Freedom of expression is a fundamental right. Its limits are exceptions that are sometimes difficult to define and that evolve with time and use.
It is thus not a question of restricting the freedom of expression of anyone, whether teacher, non-teaching staff, school head, pupil or parent, but to recall the limits set by law.
The Declaration of the Rights of Man and the Citizen of 1789 states :
"The free communication of thoughts and opinions is one of the most precious rights of man, so any citizen can speak, write, print freely, except to answer for the abuse of this freedom in cases determined by law. "
The principle is thus laid down but it is necessary to know the limits. These are relatively numerous because of the number of specific exceptions relating to the particular status of individuals (reserve duty, for example) or the nature of the information concerned (medical secret, defense secret). Nevertheless, some general rules can be cited :
Limit 1 : Do not infringe the privacy and image rights of others.
Limit 2 : Not to make certain remarks prohibited by the law: the incitement to the racial hatred, ethnic or religious, the apology of war crimes or terrorism, the discriminatory remarks by reason of sexual orientations or a handicap , the incentive to use narcotics, negationism.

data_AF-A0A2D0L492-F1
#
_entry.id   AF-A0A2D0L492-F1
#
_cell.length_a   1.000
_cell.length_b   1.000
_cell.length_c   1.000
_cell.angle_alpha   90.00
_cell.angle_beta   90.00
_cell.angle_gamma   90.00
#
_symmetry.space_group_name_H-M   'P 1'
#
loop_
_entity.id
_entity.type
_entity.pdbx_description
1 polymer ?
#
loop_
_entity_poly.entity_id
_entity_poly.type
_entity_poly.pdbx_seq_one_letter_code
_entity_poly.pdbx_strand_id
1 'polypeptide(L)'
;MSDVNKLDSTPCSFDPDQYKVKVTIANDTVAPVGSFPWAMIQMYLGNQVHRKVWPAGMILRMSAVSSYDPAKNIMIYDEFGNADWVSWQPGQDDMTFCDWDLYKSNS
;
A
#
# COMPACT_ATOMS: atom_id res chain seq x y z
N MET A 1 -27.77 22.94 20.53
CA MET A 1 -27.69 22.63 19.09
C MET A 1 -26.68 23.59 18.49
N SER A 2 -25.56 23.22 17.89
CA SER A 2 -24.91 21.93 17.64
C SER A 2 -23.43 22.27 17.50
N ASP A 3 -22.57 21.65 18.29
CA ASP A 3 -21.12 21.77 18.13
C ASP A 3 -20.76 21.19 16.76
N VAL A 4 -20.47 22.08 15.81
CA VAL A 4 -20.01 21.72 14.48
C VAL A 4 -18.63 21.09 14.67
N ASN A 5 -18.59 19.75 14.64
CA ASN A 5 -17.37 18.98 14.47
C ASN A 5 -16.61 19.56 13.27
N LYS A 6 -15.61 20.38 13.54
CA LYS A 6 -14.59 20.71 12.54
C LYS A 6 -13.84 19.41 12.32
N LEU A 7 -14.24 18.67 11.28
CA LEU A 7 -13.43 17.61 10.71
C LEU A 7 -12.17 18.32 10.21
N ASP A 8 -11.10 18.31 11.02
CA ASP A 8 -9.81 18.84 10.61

Limit 3 : Not to make defamatory remarks: Defamation is defined by any allegation or imputation of a fact that harms the honor or the consideration of a person. It is possible to defend against a charge of defamation to invoke the exception of truth, that is to say to report the proof of the truth of his words (unless the defamation concerns an element of private life).
Limit 4 : Not to make offensive remarks: the insult is defined as any outrageous expression, terms of contempt or invective which does not contain the imputation of any fact.
Limit 5 : There are also specific limitations such as professional secrecy, business secrecy and defense secrecy that prohibit the publication and disclosure of certain information.
Limit 6 : Some people, because of the function they occupy, are held to a "reserve duty". This is the case for public servants who must express their opinions in a cautious and measured manner, so that the expression of their opinions, especially political opinions, is in keeping with the interests of the public service and the dignity of the functions held. The higher the hierarchical level of the civil servant, the more severe is his reserve obligation.